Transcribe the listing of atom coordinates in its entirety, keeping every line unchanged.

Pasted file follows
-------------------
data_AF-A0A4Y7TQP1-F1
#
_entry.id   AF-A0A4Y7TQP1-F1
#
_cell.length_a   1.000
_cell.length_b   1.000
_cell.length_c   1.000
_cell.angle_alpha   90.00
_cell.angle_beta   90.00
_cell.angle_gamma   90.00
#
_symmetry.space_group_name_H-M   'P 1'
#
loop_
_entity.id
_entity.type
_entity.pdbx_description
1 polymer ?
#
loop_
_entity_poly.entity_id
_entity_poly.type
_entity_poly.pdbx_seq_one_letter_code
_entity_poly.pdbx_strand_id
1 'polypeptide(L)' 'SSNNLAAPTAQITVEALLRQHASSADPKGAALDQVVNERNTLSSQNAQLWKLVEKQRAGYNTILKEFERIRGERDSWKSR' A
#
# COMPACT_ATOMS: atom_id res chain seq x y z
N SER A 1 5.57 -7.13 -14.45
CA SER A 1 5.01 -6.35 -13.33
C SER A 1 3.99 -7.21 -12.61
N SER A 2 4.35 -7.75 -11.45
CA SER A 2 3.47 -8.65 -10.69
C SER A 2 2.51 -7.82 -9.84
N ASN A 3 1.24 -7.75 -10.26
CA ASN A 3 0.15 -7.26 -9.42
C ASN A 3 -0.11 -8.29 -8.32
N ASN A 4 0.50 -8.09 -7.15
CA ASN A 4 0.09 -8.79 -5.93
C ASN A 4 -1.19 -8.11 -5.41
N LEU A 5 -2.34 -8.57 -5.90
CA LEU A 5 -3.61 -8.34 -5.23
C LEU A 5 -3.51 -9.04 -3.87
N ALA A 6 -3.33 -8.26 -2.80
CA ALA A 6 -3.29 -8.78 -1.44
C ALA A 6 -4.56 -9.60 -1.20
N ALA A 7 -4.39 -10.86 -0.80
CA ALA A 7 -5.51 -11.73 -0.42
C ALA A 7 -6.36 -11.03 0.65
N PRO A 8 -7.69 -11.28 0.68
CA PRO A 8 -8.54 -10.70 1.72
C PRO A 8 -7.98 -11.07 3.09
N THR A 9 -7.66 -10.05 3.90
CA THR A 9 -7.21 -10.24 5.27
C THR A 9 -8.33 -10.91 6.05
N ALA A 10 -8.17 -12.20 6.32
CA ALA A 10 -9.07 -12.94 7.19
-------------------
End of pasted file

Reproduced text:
data_AF-A0A4Y7TQP1-F1
#
_entry.id   AF-A0A4Y7TQP1-F1
#
_cell.length_a   1.000
_cell.length_b   1.000
_cell.length_c   1.000
_cell.angle_alpha   90.00
_cell.angle_beta   90.00
_cell.angle_gamma   90.00
#
_symmetry.space_group_name_H-M   'P 1'
#
loop_
_entity.id
_entity.type
_entity.pdbx_description
1 polymer ?
#
loop_
_entity_poly.entity_id
_entity_poly.type
_entity_poly.pdbx_seq_one_letter_code
_entity_poly.pdbx_strand_id
1 'polypeptide(L)' 'SSNNLAAPTAQITVEALLRQHASSADPKGAALDQVVNERNTLSSQNAQLWKLVEKQRAGYNTILKEFERIRGERDSWKSR' A
#
# COMPACT_ATOMS: atom_id res chain seq x y z
N SER A 1 5.57 -7.13 -14.45
CA SER A 1 5.01 -6.35 -13.33
C SER A 1 3.99 -7.21 -12.61
N SER A 2 4.35 -7.75 -11.45
CA SER A 2 3.47 -8.65 -10.69
C SER A 2 2.51 -7.82 -9.84
N ASN A 3 1.24 -7.75 -10.26
CA ASN A 3 0.15 -7.26 -9.42
C ASN A 3 -0.11 -8.29 -8.32
N ASN A 4 0.50 -8.09 -7.15
CA ASN A 4 0.09 -8.79 -5.93
C ASN A 4 -1.19 -8.11 -5.41
N LEU A 5 -2.34 -8.57 -5.90
CA LEU A 5 -3.61 -8.34 -5.23
C LEU A 5 -3.51 -9.04 -3.87
N ALA A 6 -3.33 -8.26 -2.80
CA ALA A 6 -3.29 -8.78 -1.44
C ALA A 6 -4.56 -9.60 -1.20
N ALA A 7 -4.39 -10.86 -0.80
CA ALA A 7 -5.51 -11.73 -0.42
C ALA A 7 -6.36 -11.03 0.65
N PRO A 8 -7.69 -11.28 0.68
CA PRO A 8 -8.54 -10.70 1.72
C PRO A 8 -7.98 -11.07 3.09
N THR A 9 -7.66 -10.05 3.90
CA THR A 9 -7.21 -10.24 5.27
C THR A 9 -8.33 -10.91 6.05
N ALA A 10 -8.17 -12.20 6.32
CA ALA A 10 -9.07 -12.94 7.19